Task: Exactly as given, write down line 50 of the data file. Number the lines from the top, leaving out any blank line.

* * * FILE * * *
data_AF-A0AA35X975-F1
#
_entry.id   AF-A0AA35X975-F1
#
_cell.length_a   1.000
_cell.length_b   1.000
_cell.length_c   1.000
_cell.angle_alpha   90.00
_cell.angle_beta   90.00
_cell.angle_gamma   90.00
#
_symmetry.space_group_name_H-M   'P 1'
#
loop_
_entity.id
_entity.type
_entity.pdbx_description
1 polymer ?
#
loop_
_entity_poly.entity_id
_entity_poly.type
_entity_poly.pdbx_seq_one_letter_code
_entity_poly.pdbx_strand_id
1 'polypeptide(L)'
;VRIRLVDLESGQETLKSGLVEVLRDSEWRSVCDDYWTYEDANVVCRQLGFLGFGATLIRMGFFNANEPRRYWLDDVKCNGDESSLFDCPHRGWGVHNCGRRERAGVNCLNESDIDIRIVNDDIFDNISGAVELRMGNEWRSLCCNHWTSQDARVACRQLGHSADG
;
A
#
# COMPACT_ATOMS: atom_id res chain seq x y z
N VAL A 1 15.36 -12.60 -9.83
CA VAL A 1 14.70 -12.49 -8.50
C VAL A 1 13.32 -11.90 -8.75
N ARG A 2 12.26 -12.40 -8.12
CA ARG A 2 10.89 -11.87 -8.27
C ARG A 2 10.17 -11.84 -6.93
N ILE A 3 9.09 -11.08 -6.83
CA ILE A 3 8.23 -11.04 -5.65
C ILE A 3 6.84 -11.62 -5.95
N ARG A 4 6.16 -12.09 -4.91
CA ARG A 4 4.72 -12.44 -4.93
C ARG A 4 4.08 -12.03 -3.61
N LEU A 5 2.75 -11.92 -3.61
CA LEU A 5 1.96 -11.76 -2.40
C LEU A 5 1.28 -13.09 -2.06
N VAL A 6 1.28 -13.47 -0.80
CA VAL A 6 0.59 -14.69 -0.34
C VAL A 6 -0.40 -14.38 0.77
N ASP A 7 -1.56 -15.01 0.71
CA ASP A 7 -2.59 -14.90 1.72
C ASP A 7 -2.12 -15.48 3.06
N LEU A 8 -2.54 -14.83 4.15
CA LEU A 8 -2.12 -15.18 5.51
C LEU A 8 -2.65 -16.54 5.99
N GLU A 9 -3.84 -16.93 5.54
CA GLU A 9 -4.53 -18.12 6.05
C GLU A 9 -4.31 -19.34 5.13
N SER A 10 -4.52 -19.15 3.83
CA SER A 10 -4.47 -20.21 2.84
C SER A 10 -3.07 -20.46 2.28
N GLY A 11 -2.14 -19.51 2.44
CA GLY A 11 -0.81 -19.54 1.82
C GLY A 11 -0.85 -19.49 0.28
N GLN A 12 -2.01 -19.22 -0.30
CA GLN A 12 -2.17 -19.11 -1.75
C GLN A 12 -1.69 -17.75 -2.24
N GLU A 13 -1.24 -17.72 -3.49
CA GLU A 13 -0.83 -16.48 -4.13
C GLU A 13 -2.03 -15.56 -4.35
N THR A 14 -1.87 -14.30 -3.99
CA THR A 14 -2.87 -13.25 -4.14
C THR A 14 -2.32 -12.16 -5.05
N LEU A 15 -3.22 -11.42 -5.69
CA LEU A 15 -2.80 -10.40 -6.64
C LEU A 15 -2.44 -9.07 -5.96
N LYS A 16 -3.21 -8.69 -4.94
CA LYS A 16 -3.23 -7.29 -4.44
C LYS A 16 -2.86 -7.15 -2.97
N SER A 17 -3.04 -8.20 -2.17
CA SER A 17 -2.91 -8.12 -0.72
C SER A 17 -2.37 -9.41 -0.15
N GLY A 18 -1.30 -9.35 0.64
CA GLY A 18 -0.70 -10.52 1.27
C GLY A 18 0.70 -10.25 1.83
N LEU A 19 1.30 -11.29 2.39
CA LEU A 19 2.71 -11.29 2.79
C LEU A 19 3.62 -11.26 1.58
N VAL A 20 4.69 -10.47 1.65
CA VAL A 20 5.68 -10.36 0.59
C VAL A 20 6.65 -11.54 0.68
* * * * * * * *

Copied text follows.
CA ASP A 7 -2.59 -14.90 1.72